Some of the best fishing at Noosa
  |  First Published: October 2016

October is one of the best times of the year for anglers. The wind drops, water temperatures start to rise and offshore anglers get the best of both worlds. Off the bottom, we see larger snapper, cobia, pearl perch, spangled emperor, sweetlip and a heap of other reef species. In mid to top water we see great pelagic action with mackerel, tuna and mahi mahi all on the chew. Fishing bottom, micro jigs are the most exciting form of angling to come along in ages.

For those of you who are new to this form of fishing, micro jigs are specially designed to mimic a dying baitfish as it makes its way to the bottom – an easy meal for a hungry reef dweller. There are a great many jigs on the market now, but some of the standouts are the Shimano Colt Snipers, Palm Slow Blats and a new comer, the Zerek Chilli Padi. The Chilli Padi is a Tungsten jig, so they’re a lot heavier for their size.

Micro jigging rods have also come a long way over the last couple of years. Most major manufactures have a range of both overhead and spin models. For me, the Shimano Trevala Jigging range is a favourite, with Fuji Alconite guide, Fuji reel seat and a super tough blank. They’re perfect for putting the hurt on big reefies.

For those of you excited by the thought of the pelagic season, we’re already starting to see signs of another great season. Traditionally, we see the smaller school mackerel, then the spotted and of course Spanish mackerel, but this year the Spanish haven’t moved as far north as they normally do. We’re seeing good Spaniards boated from areas like North, Sunshine and Chardons reefs.

Trolling large lures is a great way to cover a lot of ground in the hunt for mackerel and can be very productive. The larger faster moving lures seem to be the most successful. Samaki Pacemakers are perfect for the job, as they come in a great range of colours and can be trolled up to 12 knots. The good old pilchard floater is also a great way to tangle with decent pelagics.

In the rivers, both Noosa and Maroochy have been outstanding for flathead. The size and bag limits of this species have really worked – outstanding fish have been boated over the last few weeks. Flatties to the magic metre mark are starting to become commonplace, with plenty of large females well over the 75cm. The great news this time of the year is that flathead tend to nest up and it’s not uncommon to pick up ten or more fish in a session.

In the Noosa River, the area upstream from the Tewantin Boat Ramp seems to be the most productive. Weyba Creek and the mouth of Weyba Lake are also good places to bag a big lizard. The area around Woods Bay and the river mouth are also prime spots.

In the Maroochy, fishing upstream from Bli Bli Bridge to Bli Bli Islands has been a favourite with locals. Live baits like poddy mullet, prawns and herring will almost guaranteed a result. For the lure anglers, brightly coloured soft plastics seem to be the best performers. I like the new chasebaits from River2Sea in a range of bright colours and sizes. Twin Waters, Maroochy Waters and the Cod Hole all hold some great fish.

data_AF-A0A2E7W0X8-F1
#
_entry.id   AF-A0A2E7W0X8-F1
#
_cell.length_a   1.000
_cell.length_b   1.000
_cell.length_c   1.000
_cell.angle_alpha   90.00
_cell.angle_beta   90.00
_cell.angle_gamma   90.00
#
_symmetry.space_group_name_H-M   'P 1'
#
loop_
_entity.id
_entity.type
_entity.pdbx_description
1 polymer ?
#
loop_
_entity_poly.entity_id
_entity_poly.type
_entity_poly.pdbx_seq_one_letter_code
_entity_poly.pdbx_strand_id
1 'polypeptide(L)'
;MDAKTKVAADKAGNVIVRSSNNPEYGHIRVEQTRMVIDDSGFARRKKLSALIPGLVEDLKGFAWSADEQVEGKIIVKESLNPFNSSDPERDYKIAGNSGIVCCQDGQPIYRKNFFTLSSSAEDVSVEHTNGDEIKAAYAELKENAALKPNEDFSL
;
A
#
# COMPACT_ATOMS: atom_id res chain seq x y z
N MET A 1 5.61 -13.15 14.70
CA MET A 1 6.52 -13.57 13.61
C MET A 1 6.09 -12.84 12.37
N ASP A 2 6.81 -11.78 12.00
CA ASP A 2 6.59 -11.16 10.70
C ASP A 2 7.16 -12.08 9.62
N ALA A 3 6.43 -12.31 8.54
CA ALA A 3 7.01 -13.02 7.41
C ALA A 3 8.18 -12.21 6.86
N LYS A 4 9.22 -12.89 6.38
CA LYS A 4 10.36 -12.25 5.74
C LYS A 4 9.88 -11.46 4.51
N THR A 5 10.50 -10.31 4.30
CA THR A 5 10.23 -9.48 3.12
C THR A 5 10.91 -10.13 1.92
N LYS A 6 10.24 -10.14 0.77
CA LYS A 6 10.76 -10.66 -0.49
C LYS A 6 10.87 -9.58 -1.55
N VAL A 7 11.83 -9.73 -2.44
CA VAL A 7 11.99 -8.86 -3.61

For those of you that love to troll, the Zerek Tango Shads in pink and red have really been firing. Another great fish that seems to be prolific at this time of the year is trevally, whether it be golden, big-eye, cale cale, diamond or giant, and the river is teeming with them. Bigger fish are down towards the lower parts of the systems, chasing bait into the rivers.

Fishing surface for these great predators has to be some of the best fun you can have with a rod in your hand. Walk-the-dog style surface walkers are perfect for chasing trevally and the Bassday Sugapens are awesome performers. Fishing these lures first thing in the morning or late afternoon is best, and if you can time this with an incoming tide you’re almost guaranteed to battle a trev.

The other great species we start to see at this time of the year is mangrove jack. A lot of anglers judge their whole year on how many of these piscatorial assassins they can bag over summer. Fishing at night seems to be all important when it comes to jack hunting and live bait will also make a huge difference to the bag.

Fishing structure is vital and Noosa has this in spades with all the jetties, pontoons and moored boats. Jacks are an ambush predator and when fishing live baits, you’ll feel the bait start to freak out just before the hit. The key to bagging a big jack is heavier line to 20lb, heavy leader to 30lb, a good quality reel and a rod with a range of 3-7kg. All of these things will help to cope with the explosive power of the mangrove jack.

The beach is another great place to kill a few hours in the evening and the eastern beaches of Noosa and the Noosa North Shore are perfect. The closer gutters have plenty of good quality whiting, dart and bream. For those fishing into the night there are truly decent tailor about. If the moon phase is right, mulloway are on the cards.

When fishing the surf, good quality bait is crucial, so that six month old block of pillies from the servo won’t do. Head to your local tackle store and get fresh bait or good quality frozen baits.


Martin Chulov with an 85cm flathead.


Young Ruben Helling with a tailor from the beach at Maroochy North Shore.


Matt Sinclair with a stonking snapper caught offshore from Noosa.

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